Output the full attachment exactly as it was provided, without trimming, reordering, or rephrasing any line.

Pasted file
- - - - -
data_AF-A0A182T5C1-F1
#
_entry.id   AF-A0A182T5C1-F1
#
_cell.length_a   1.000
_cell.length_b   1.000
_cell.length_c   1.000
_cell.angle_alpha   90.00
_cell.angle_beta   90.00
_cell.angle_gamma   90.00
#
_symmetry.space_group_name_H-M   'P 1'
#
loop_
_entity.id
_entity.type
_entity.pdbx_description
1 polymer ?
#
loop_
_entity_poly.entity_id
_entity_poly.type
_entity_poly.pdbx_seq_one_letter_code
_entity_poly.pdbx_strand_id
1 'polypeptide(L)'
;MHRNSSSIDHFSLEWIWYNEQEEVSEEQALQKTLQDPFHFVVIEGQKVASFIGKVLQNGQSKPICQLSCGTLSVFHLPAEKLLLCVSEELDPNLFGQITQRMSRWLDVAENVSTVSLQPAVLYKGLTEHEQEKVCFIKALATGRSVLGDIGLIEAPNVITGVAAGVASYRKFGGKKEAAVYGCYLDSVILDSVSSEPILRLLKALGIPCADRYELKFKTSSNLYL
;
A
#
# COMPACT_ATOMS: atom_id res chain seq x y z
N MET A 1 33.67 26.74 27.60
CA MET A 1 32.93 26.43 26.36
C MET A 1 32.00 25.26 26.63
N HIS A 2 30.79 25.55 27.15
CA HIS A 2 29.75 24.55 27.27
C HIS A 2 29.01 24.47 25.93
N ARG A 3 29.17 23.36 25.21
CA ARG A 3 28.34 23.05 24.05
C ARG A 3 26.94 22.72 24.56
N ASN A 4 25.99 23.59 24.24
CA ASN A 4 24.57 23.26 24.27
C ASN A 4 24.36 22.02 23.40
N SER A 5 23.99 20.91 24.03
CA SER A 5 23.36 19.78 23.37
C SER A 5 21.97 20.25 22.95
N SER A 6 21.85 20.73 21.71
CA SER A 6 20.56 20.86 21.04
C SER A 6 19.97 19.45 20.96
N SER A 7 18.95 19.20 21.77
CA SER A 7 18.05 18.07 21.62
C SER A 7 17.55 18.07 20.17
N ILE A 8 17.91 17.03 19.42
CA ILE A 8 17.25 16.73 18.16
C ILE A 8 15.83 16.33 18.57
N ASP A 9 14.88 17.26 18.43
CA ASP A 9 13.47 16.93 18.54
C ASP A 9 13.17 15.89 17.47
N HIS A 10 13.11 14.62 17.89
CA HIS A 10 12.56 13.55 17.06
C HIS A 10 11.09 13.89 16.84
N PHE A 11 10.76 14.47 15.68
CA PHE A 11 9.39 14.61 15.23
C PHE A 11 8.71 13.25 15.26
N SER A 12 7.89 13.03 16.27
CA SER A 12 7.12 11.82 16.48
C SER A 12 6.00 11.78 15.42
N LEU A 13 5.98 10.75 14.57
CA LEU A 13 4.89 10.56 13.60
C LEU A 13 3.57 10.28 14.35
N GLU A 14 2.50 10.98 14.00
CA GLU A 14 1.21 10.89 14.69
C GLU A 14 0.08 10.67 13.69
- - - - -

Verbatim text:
data_AF-A0A182T5C1-F1
#
_entry.id   AF-A0A182T5C1-F1
#
_cell.length_a   1.000
_cell.length_b   1.000
_cell.length_c   1.000
_cell.angle_alpha   90.00
_cell.angle_beta   90.00
_cell.angle_gamma   90.00
#
_symmetry.space_group_name_H-M   'P 1'
#
loop_
_entity.id
_entity.type
_entity.pdbx_description
1 polymer ?
#
loop_
_entity_poly.entity_id
_entity_poly.type
_entity_poly.pdbx_seq_one_letter_code
_entity_poly.pdbx_strand_id
1 'polypeptide(L)'
;MHRNSSSIDHFSLEWIWYNEQEEVSEEQALQKTLQDPFHFVVIEGQKVASFIGKVLQNGQSKPICQLSCGTLSVFHLPAEKLLLCVSEELDPNLFGQITQRMSRWLDVAENVSTVSLQPAVLYKGLTEHEQEKVCFIKALATGRSVLGDIGLIEAPNVITGVAAGVASYRKFGGKKEAAVYGCYLDSVILDSVSSEPILRLLKALGIPCADRYELKFKTSSNLYL
;
A
#
# COMPACT_ATOMS: atom_id res chain seq x y z
N MET A 1 33.67 26.74 27.60
CA MET A 1 32.93 26.43 26.36
C MET A 1 32.00 25.26 26.63
N HIS A 2 30.79 25.55 27.15
CA HIS A 2 29.75 24.55 27.27
C HIS A 2 29.01 24.47 25.93
N ARG A 3 29.17 23.36 25.21
CA ARG A 3 28.34 23.05 24.05
C ARG A 3 26.94 22.72 24.56
N ASN A 4 25.99 23.59 24.24
CA ASN A 4 24.57 23.26 24.27
C ASN A 4 24.36 22.02 23.40
N SER A 5 23.99 20.91 24.03
CA SER A 5 23.36 19.78 23.37
C SER A 5 21.97 20.25 22.95
N SER A 6 21.85 20.73 21.71
CA SER A 6 20.56 20.86 21.04
C SER A 6 19.97 19.45 20.96
N SER A 7 18.95 19.20 21.77
CA SER A 7 18.05 18.07 21.62
C SER A 7 17.55 18.07 20.17
N ILE A 8 17.91 17.03 19.42
CA ILE A 8 17.25 16.73 18.16
C ILE A 8 15.83 16.33 18.57
N ASP A 9 14.88 17.26 18.43
CA ASP A 9 13.47 16.93 18.54
C ASP A 9 13.17 15.89 17.47
N HIS A 10 13.11 14.62 17.89
CA HIS A 10 12.56 13.55 17.06
C HIS A 10 11.09 13.89 16.84
N PHE A 11 10.76 14.47 15.68
CA PHE A 11 9.39 14.61 15.23
C PHE A 11 8.71 13.25 15.26
N SER A 12 7.89 13.03 16.27
CA SER A 12 7.12 11.82 16.48
C SER A 12 6.00 11.78 15.42
N LEU A 13 5.98 10.75 14.57
CA LEU A 13 4.89 10.56 13.60
C LEU A 13 3.57 10.28 14.35
N GLU A 14 2.50 10.98 14.00
CA GLU A 14 1.21 10.89 14.69
C GLU A 14 0.08 10.67 13.69